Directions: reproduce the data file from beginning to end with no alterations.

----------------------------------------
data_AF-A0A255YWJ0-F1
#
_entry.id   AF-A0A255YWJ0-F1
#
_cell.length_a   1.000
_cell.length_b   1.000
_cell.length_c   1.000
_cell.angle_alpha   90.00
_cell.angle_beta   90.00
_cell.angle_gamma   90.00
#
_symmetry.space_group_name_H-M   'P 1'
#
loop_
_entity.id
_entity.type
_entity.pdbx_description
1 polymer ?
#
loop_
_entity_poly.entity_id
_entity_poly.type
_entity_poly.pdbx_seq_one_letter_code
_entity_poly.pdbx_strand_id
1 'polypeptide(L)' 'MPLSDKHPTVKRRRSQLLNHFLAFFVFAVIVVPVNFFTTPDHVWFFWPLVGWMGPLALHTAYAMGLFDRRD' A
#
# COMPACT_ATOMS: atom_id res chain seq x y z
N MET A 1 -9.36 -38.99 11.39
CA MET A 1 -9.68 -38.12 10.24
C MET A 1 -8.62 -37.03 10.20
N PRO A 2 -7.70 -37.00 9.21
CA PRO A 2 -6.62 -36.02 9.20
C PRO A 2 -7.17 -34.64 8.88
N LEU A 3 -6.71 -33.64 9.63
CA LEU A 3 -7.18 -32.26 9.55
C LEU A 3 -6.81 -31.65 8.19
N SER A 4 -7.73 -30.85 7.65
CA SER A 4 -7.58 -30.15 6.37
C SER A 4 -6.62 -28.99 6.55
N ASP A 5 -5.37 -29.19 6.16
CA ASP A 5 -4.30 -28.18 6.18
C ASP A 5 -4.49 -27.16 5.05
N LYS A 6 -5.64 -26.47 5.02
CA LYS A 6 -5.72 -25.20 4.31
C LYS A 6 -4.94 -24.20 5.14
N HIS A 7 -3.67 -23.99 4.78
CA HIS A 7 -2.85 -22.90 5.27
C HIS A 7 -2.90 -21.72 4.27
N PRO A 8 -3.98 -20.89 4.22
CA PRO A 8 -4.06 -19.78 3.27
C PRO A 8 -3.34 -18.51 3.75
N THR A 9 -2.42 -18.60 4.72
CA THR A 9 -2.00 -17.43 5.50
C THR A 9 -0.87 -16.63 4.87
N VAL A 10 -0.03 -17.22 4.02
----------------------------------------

data_AF-A0A255YWJ0-F1
#
_entry.id   AF-A0A255YWJ0-F1
#
_cell.length_a   1.000
_cell.length_b   1.000
_cell.length_c   1.000
_cell.angle_alpha   90.00
_cell.angle_beta   90.00
_cell.angle_gamma   90.00
#
_symmetry.space_group_name_H-M   'P 1'
#
loop_
_entity.id
_entity.type
_entity.pdbx_description
1 polymer ?
#
loop_
_entity_poly.entity_id
_entity_poly.type
_entity_poly.pdbx_seq_one_letter_code
_entity_poly.pdbx_strand_id
1 'polypeptide(L)' 'MPLSDKHPTVKRRRSQLLNHFLAFFVFAVIVVPVNFFTTPDHVWFFWPLVGWMGPLALHTAYAMGLFDRRD' A
#
# COMPACT_ATOMS: atom_id res chain seq x y z
N MET A 1 -9.36 -38.99 11.39
CA MET A 1 -9.68 -38.12 10.24
C MET A 1 -8.62 -37.03 10.20
N PRO A 2 -7.70 -37.00 9.21
CA PRO A 2 -6.62 -36.02 9.20
C PRO A 2 -7.17 -34.64 8.88
N LEU A 3 -6.71 -33.64 9.63
CA LEU A 3 -7.18 -32.26 9.55
C LEU A 3 -6.81 -31.65 8.19
N SER A 4 -7.73 -30.85 7.65
CA SER A 4 -7.58 -30.15 6.37
C SER A 4 -6.62 -28.99 6.55
N ASP A 5 -5.37 -29.19 6.16
CA ASP A 5 -4.30 -28.18 6.18
C ASP A 5 -4.49 -27.16 5.05
N LYS A 6 -5.64 -26.47 5.02
CA LYS A 6 -5.72 -25.20 4.31
C LYS A 6 -4.94 -24.20 5.14
N HIS A 7 -3.67 -23.99 4.78
CA HIS A 7 -2.85 -22.90 5.27
C HIS A 7 -2.90 -21.72 4.27
N PRO A 8 -3.98 -20.89 4.22
CA PRO A 8 -4.06 -19.78 3.27
C PRO A 8 -3.34 -18.51 3.75
N THR A 9 -2.42 -18.60 4.72
CA THR A 9 -2.00 -17.43 5.50
C THR A 9 -0.87 -16.63 4.87
N VAL A 10 -0.03 -17.22 4.02